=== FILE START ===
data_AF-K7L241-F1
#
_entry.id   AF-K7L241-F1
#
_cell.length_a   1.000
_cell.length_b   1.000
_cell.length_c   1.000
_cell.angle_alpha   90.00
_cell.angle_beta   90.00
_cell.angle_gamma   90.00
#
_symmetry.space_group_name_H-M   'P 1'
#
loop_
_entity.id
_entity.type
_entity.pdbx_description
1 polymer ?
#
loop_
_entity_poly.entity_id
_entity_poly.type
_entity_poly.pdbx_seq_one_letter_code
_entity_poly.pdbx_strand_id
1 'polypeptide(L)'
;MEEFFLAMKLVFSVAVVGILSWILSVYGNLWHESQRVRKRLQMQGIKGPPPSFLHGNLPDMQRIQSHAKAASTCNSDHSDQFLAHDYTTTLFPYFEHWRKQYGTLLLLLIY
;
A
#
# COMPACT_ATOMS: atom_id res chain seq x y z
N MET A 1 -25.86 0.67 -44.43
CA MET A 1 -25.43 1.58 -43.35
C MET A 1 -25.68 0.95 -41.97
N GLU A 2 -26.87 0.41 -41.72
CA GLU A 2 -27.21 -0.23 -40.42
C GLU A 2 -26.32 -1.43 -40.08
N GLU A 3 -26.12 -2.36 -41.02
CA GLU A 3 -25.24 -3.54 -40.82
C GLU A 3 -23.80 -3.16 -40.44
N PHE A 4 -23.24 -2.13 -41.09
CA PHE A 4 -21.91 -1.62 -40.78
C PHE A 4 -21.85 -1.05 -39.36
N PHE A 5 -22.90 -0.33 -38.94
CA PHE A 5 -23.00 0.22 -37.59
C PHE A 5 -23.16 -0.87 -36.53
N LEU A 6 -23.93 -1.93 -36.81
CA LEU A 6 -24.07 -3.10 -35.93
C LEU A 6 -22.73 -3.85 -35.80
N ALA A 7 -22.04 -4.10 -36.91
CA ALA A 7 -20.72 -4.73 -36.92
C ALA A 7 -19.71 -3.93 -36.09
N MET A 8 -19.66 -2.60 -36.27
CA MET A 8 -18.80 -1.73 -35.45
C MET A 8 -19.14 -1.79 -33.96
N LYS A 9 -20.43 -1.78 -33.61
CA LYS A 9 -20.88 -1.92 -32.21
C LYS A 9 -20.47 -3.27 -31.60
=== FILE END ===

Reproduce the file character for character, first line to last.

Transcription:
data_AF-K7L241-F1
#
_entry.id   AF-K7L241-F1
#
_cell.length_a   1.000
_cell.length_b   1.000
_cell.length_c   1.000
_cell.angle_alpha   90.00
_cell.angle_beta   90.00
_cell.angle_gamma   90.00
#
_symmetry.space_group_name_H-M   'P 1'
#
loop_
_entity.id
_entity.type
_entity.pdbx_description
1 polymer ?
#
loop_
_entity_poly.entity_id
_entity_poly.type
_entity_poly.pdbx_seq_one_letter_code
_entity_poly.pdbx_strand_id
1 'polypeptide(L)'
;MEEFFLAMKLVFSVAVVGILSWILSVYGNLWHESQRVRKRLQMQGIKGPPPSFLHGNLPDMQRIQSHAKAASTCNSDHSDQFLAHDYTTTLFPYFEHWRKQYGTLLLLLIY
;
A
#
# COMPACT_ATOMS: atom_id res chain seq x y z
N MET A 1 -25.86 0.67 -44.43
CA MET A 1 -25.43 1.58 -43.35
C MET A 1 -25.68 0.95 -41.97
N GLU A 2 -26.87 0.41 -41.72
CA GLU A 2 -27.21 -0.23 -40.42
C GLU A 2 -26.32 -1.43 -40.08
N GLU A 3 -26.12 -2.36 -41.02
CA GLU A 3 -25.24 -3.54 -40.82
C GLU A 3 -23.80 -3.16 -40.44
N PHE A 4 -23.24 -2.13 -41.09
CA PHE A 4 -21.91 -1.62 -40.78
C PHE A 4 -21.85 -1.05 -39.36
N PHE A 5 -22.90 -0.33 -38.94
CA PHE A 5 -23.00 0.22 -37.59
C PHE A 5 -23.16 -0.87 -36.53
N LEU A 6 -23.93 -1.93 -36.81
CA LEU A 6 -24.07 -3.10 -35.93
C LEU A 6 -22.73 -3.85 -35.80
N ALA A 7 -22.04 -4.10 -36.91
CA ALA A 7 -20.72 -4.73 -36.92
C ALA A 7 -19.71 -3.93 -36.09
N MET A 8 -19.66 -2.60 -36.27
CA MET A 8 -18.80 -1.73 -35.45
C MET A 8 -19.14 -1.79 -33.96
N LYS A 9 -20.43 -1.78 -33.61
CA LYS A 9 -20.88 -1.92 -32.21
C LYS A 9 -20.47 -3.27 -31.60